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Cycling UK supports Member of Scottish Parliament’s 20mph urban speed limit bill

Holyrood will vote on bill for lower speed limts in the New Year

Cycling UK has thrown its support behind a bill from a Member of the Scottish Parliament (MSP) calling for 20 miles an hour to become the default speed limit in urban areas in the country.

A vote on the bill, introduced by Mark Ruskell, who represents Mid Scotland and Fife for the Scottish Green Party, will take place at Holyrood in the New Year.

So far, 20 of the 128 MSPs entitled to vote have pledged their backing to The Proposed Restricted Roads (20mph Limit) (Scotland) Bill.

The charity is now calling on members across the country, and in particular those from the Conservative and Liberal Democrat parties, neither of which has endorsed it, to give their backing to the proposals.

Local authorities in Scotland would be able to set higher speed limits on arterial roads, but Cycling UK says the lower speed limits on other urban roads would mean safer streets and reduced air pollution.

Roger Geffen, policy director at Cycling UK, said: "The adoption of 20mph as the default speed limit in urban and residential areas across Scotland is the opportunity to redefine the spaces between our homes, changing them from 'roads' to 'streets'.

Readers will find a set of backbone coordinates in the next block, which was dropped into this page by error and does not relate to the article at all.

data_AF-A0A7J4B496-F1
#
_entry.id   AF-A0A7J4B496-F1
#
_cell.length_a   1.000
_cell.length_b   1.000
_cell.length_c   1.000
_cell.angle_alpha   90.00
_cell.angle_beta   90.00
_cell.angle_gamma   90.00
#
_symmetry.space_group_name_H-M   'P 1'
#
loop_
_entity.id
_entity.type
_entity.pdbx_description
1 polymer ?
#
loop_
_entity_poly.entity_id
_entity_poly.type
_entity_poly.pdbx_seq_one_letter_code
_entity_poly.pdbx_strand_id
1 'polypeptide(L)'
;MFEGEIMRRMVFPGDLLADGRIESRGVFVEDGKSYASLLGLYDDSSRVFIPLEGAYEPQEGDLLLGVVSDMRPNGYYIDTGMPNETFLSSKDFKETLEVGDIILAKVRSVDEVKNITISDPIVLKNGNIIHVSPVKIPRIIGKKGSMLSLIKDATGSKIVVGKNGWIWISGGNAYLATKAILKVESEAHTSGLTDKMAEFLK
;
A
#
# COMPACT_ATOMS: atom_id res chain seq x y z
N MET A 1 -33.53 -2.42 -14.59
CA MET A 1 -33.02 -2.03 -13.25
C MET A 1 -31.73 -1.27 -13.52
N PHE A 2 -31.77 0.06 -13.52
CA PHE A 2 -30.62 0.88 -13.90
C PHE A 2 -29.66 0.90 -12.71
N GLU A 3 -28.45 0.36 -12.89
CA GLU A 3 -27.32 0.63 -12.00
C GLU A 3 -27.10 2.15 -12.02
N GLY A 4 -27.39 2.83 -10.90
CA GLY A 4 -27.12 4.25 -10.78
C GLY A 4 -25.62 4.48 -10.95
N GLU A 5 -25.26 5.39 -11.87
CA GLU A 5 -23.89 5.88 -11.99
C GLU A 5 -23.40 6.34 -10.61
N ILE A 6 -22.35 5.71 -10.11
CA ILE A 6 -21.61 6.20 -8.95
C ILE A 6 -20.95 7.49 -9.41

“With lower speeds, dangerous thoroughfares become public spaces where it’s easier to walk, cycle, socialise and play. We support Mark Ruskell’s 20mph bill and would encourage Scotland’s MSPs to lend their weight to it in advance of the vote next year.”

Suzanne Forup, the charity’s head of development for Scotland, commented: “The Scottish Government’s recent doubling of the active travel budget will help more people to walk and cycle for everyday trips, and Cycling UK believes that the adoption of 20mph speed limits in our urban areas will support the Scottish Government’s welcome investment in active travel.

We are urging Cycling UK members to contact their MSPs and ask them to support the 20mph bill, so that lower urban speeds are the norm, our streets become safer and more people choose to cycle.”

In July, the charity IAM RoadSmart said that signs denoting 20mph zones were not enough to deter drivers from speeding and called for greater enforcement of the speed limit after government statistics showed that in 2016, four in five motorists failed to comply with it.

> 20mph speed limits ignored by four in five drivers

Simon joined as news editor in 2009 and is now the site’s community editor, acting as a link between the team producing the content and our readers. A law and languages graduate, published translator and former retail analyst, he has reported on issues as diverse as cycling-related court cases, anti-doping investigations, the latest developments in the bike industry and the sport’s biggest races. Now back in London full-time after 15 years living in Oxford and Cambridge, he loves cycling along the Thames but misses having his former riding buddy, Elodie the miniature schnauzer, in the basket in front of him.

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